A Fun Project

If, like me, you’ve got bits and pieces from last year’s garden lying around, here’s a fun, inexpensive, and relatively easy mixed media project to use them up. Sometimes called a spirit box, I have called mine a heart’s desire box.  This project uses a small, covered tin inside which you put a message, affirmation, or even a secret wish. The finished piece is then hung on the wall as a decorative object.photoI used rose hips, a single rose petal and two halves of a seedpods from a baptisia (the blackish almond-shaped objects behind the starfish) from my stash of dried garden plant materials. The shells and starfish were all found on various trips to Florida. The face is the only thing I bought, but anyone who works with polymer clay would likely have a selection of these to chose from. The face was very inexpensive, but you could substitute a button or piece of costume jewelry, if you preferred. The point is to use objects that have meaning or beauty for you. Spirit boxes are so personal it’s impossible to “do it wrong,” because the whole project is about you and using what you love.photo

You’ll need to play around with the objects until you achieve a pleasing effect.  I gave my figure reindeer moss hair and a swirl of miniature pinecones, dusted with silver paint. Not all spirit boxes are as three-dimensional as mine, though.

The magazine, Clothe, Paper, Scissors(Sept/Oct. 2013), has a great, detailed how-to article on making a spirit box written by Lyn Belisle.  I’ll be giving you the basics of what I did, but none of the techniques are difficult. I would rate this as a beginner/low intermediate project.photoStart with the tin.  I used a Altoids tin, poked holes in the middle of the front with nail to run the copper wire to hang it with.  I used Tim Holtz distress stain to cover my tin. You could use any spray paint you have on hand, or gesso it. The tin will be mostly invisible when you’re finished, except from the side.                                             photoThe next step is to create the front piece.  For this you need some heavier cardstock or light cardboard, crisscrossed to make a “T”.photoGlue lightweight (like tissue paper) decorative paper to the T-shape.  Fold and glue to the back.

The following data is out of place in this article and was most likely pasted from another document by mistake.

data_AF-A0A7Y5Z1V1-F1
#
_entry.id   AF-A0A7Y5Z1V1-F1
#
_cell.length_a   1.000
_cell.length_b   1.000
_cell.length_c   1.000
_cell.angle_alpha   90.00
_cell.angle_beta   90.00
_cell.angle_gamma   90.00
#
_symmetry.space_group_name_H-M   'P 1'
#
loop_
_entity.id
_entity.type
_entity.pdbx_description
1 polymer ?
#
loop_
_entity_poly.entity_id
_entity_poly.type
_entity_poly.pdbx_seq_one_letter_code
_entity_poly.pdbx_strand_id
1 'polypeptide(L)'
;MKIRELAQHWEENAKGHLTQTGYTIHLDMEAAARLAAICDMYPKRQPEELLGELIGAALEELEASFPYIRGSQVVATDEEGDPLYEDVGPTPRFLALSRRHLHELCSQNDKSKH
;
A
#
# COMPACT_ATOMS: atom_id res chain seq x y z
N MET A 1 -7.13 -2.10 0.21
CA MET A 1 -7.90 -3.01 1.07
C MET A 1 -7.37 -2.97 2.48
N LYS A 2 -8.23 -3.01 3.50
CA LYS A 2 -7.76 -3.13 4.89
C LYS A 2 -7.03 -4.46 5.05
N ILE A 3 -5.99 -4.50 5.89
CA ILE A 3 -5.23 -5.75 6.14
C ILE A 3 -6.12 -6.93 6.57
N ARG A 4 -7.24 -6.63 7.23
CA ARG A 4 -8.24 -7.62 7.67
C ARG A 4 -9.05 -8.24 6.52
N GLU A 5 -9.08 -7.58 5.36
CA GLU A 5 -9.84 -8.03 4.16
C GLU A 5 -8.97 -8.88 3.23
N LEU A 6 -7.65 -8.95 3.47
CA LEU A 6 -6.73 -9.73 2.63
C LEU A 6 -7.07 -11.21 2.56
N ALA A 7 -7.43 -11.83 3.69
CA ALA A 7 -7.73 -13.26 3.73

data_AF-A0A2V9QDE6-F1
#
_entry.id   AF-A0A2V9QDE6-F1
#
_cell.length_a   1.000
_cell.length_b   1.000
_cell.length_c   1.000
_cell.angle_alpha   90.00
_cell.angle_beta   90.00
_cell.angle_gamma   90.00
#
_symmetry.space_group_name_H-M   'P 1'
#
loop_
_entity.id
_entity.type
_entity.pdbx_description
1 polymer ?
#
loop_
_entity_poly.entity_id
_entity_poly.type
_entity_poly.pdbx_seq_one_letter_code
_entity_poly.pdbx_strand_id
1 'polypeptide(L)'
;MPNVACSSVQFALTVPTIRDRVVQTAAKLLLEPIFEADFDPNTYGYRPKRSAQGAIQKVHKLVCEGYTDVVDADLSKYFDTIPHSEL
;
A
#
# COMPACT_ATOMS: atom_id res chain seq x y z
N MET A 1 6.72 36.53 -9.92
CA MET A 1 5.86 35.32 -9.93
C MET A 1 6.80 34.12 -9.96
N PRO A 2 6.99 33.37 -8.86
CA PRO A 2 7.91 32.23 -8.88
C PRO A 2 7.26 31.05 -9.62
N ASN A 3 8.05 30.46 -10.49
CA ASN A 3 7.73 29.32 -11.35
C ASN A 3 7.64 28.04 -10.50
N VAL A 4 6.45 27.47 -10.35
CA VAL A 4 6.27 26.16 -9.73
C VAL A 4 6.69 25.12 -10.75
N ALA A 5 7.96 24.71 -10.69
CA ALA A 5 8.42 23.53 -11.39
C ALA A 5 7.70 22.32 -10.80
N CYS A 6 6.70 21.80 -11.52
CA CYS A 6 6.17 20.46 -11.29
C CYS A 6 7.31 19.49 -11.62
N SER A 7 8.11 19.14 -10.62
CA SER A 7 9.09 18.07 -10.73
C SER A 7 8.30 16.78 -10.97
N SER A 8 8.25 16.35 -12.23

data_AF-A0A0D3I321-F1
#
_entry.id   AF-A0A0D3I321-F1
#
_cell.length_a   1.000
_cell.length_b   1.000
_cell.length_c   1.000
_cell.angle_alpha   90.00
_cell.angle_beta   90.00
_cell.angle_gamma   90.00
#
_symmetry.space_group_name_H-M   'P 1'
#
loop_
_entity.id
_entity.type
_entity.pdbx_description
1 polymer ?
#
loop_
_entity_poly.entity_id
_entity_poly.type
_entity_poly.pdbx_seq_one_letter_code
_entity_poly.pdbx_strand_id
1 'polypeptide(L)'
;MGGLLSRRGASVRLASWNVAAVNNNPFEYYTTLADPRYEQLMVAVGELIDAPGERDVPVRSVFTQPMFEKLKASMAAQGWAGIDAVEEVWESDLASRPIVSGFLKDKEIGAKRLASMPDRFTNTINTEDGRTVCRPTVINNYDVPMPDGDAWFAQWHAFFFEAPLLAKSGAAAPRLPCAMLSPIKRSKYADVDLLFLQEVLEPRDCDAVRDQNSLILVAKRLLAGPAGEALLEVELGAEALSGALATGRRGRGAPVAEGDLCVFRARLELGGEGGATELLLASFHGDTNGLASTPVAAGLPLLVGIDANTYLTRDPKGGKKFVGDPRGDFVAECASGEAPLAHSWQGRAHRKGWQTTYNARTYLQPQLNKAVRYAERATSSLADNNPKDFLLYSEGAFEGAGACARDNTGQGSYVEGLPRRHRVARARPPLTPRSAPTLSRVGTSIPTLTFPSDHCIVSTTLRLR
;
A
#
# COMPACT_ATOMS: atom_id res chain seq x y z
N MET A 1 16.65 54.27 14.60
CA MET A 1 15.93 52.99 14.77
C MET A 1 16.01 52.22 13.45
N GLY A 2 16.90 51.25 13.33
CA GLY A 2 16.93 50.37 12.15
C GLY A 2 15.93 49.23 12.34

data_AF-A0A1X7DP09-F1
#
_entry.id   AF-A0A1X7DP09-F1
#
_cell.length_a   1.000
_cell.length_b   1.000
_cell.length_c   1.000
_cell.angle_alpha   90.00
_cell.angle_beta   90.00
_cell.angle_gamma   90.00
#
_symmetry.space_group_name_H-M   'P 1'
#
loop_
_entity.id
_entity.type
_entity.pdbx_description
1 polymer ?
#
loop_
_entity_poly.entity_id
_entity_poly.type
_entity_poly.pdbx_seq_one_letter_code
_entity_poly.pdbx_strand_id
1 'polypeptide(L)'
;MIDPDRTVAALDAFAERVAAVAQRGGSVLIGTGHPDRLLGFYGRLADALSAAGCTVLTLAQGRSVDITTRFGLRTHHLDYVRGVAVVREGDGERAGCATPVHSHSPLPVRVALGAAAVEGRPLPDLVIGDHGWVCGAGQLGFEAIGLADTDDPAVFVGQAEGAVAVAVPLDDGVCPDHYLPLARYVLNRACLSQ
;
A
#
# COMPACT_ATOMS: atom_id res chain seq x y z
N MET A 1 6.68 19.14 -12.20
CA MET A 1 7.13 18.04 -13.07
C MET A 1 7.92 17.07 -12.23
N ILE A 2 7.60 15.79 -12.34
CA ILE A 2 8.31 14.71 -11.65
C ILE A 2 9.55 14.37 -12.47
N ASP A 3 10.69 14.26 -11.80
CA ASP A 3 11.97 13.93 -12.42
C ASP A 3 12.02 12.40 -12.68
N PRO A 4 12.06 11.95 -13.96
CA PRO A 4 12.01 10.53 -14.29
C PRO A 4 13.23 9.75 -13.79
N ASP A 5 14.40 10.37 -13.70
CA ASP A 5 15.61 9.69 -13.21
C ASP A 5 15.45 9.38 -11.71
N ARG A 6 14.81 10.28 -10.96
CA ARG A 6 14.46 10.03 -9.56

To attach ephemera, including the head, use a hot glue gun.  I have a small hot glue gun that doesn’t burn you easily, but if you’re doing this project with kids, you’ll have to be the judge whether they’re adept enough to use a hot glue gun alone.

One of the hardest aspects of laying out the ephemera, at least for me, was keeping everything I wanted to use in scale.  Several items I wanted to use were just too big and overpowered the whole piece. I hesitated over the birch bark wrapped stick and ended up laying it at an angle.  This made it feel less over-sized—at least to me!

 If you wish, you can also decorate the interior of the tin.  This is where I chose to put my message:                                                             photo

photo

When you’re happy with the interior and the front, glue the front piece to the tin with hot glue or E-6000, which is a jewelry glue (smelly but strong).  When the front is thoroughly set, place your message inside and hang up by the wire loop.

 I think you’ll really enjoy seeing something of your garden or from your past used in this new way.

Let me know, if you try this.

 I’d love to see the results.

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